The Chocolate Manufacturers Association, whose members include Hershey, Nestle SA and Archer Daniels Midland Co., has a petition before the U.S. Food and Drug Administration to redefine what constitutes chocolate.

They want to make it without the required ingredients of cocoa butter and cocoa solids, using instead artificial sweeteners, milk substitutes, and vegetable fats such as hydrogenated and trans fats.

“They are trying to pull one over on us,” said Cybele May, 40, publisher of CandyBlog, on which she has encouraged more than 200 people to write the FDA to protest what she calls “mockolate.” “What they are asking for is permission to confuse the consumer for what we readily accept as chocolate,” she said. …

A pound of chocolate contains roughly 25 percent cocoa butter at a cost of $2.30, while vegetable oils are as little as 70 cents a pound.

29 Apr 2007

Iran Facilitating Al Qaeda Operations

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Depkafile reports:

The US Pentagon states that the senior al Qaeda operative was captured by the CIA at an undisclosed location while attempting to reach his native Iraq after meeting al Qaeda operatives in Iran. DEBKAfile’s counter-terror sources say this disclosure points to four significant developments:

1. Iran is again providing al Qaeda members with a path to Iraq from Afghanistan and Pakistan. In 2002, the Islamic Republic afforded defeated al Qaeda groups an escape route from Afghanistan.

2. Iran is allowing al Qaeda terrorists operating in Iraq to strike from within its borders. Evidence of this, if confirmed by al Hadi ,would further exacerbate the military tensions between Washington and Tehran.

3. DEBKAfile’s sources surmise that he was picked up crossing the Iranian border into Iraq.

4. Word is awaited to clarify if the CIA’s capture of al Hadi’s capture was a fluke or the result of a tip-off by an Iraqi informant, whether in Kurdistan or from inside Iran.

29 Apr 2007

The Generals’ Failure

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Lt-.Col. Paul Yingling, in Armed Forces Journal, argues that America’s generals today, like Prussia’s 18th century commanders, remain fixated on past successes and continue failing to adapt to new wars fought by insurgency.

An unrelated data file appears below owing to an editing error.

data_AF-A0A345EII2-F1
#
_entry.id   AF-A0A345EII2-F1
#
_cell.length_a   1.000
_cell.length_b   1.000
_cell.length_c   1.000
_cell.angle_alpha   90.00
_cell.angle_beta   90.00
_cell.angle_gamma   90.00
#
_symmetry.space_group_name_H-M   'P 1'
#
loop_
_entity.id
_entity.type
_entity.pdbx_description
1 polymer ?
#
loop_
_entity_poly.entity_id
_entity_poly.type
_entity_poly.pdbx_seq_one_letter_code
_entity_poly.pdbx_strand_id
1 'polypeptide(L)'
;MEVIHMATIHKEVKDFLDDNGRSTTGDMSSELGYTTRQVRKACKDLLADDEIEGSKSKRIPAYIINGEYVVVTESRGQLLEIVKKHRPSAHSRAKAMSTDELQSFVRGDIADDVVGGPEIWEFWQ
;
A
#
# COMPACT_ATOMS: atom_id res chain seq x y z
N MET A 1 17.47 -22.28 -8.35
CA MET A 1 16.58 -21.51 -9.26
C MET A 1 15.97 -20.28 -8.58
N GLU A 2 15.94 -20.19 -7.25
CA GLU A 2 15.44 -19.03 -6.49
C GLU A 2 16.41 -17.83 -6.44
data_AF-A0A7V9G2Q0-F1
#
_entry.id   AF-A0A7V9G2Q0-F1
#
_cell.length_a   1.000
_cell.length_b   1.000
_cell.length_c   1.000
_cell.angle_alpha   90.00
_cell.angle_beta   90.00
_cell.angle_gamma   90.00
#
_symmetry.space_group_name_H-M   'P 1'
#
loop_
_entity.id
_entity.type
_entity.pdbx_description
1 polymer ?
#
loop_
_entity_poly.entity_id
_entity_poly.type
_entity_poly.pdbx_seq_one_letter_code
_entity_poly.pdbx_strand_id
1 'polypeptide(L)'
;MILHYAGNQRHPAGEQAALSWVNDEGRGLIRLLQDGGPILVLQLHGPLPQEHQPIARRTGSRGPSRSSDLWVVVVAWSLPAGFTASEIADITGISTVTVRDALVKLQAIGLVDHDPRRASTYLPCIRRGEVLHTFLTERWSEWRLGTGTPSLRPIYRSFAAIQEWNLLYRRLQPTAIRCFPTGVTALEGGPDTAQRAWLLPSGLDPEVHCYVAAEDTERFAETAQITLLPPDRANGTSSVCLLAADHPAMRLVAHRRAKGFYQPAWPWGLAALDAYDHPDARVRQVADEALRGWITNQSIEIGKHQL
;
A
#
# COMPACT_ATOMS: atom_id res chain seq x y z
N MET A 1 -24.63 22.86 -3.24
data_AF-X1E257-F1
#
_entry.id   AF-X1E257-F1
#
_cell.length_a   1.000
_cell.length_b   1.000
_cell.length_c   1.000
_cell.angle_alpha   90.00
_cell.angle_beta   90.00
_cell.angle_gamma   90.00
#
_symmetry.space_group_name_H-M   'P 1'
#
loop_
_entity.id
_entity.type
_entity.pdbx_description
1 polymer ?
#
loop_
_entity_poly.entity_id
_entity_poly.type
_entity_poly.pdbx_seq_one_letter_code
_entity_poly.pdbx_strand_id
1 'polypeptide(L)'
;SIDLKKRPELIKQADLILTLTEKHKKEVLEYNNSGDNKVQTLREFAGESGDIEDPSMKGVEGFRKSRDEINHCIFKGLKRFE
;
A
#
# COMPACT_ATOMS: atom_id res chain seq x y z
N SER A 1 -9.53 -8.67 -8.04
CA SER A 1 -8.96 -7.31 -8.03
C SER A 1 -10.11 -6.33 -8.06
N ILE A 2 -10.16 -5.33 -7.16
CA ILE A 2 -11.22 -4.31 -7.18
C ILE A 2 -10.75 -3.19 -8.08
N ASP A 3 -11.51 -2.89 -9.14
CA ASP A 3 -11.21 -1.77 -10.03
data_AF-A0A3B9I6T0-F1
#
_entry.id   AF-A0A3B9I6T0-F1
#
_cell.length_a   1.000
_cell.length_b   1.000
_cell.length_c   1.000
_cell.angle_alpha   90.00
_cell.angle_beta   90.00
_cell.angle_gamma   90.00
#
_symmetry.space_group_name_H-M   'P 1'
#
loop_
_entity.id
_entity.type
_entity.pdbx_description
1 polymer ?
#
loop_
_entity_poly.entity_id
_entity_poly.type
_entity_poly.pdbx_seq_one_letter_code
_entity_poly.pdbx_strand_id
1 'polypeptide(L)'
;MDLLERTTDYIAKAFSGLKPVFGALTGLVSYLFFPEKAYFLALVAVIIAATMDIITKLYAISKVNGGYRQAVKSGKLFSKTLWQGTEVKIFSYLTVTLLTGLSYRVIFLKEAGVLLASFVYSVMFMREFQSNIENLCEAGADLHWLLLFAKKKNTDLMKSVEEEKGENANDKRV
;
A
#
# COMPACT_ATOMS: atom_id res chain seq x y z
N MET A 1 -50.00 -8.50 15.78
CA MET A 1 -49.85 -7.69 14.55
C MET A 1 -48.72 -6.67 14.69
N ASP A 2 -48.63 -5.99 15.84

For the second time in a generation, the United States faces the prospect of defeat at the hands of an insurgency. In April 1975, the U.S. fled the Republic of Vietnam, abandoning our allies to their fate at the hands of North Vietnamese communists. In 2007, Iraq’s grave and deteriorating condition offers diminishing hope for an American victory and portends risk of an even wider and more destructive regional war. …

Armies do not fight wars; nations fight wars. War is not a military activity conducted by soldiers, but rather a social activity that involves entire nations. Prussian military theorist Carl von Clausewitz noted that passion, probability and policy each play their role in war. Any understanding of war that ignores one of these elements is fundamentally flawed.

The passion of the people is necessary to endure the sacrifices inherent in war. Regardless of the system of government, the people supply the blood and treasure required to prosecute war. The statesman must stir these passions to a level commensurate with the popular sacrifices required. When the ends of policy are small, the statesman can prosecute a conflict without asking the public for great sacrifice. Global conflicts such as World War II require the full mobilization of entire societies to provide the men and materiel necessary for the successful prosecution of war. The greatest error the statesman can make is to commit his nation to a great conflict without mobilizing popular passions to a level commensurate with the stakes of the conflict.

Popular passions are necessary for the successful prosecution of war, but cannot be sufficient. To prevail, generals must provide policymakers and the public with a correct estimation of strategic probabilities. The general is responsible for estimating the likelihood of success in applying force to achieve the aims of policy. The general describes both the means necessary for the successful prosecution of war and the ways in which the nation will employ those means. If the policymaker desires ends for which the means he provides are insufficient, the general is responsible for advising the statesman of this incongruence. The statesman must then scale back the ends of policy or mobilize popular passions to provide greater means. If the general remains silent while the statesman commits a nation to war with insufficient means, he shares culpability for the results. …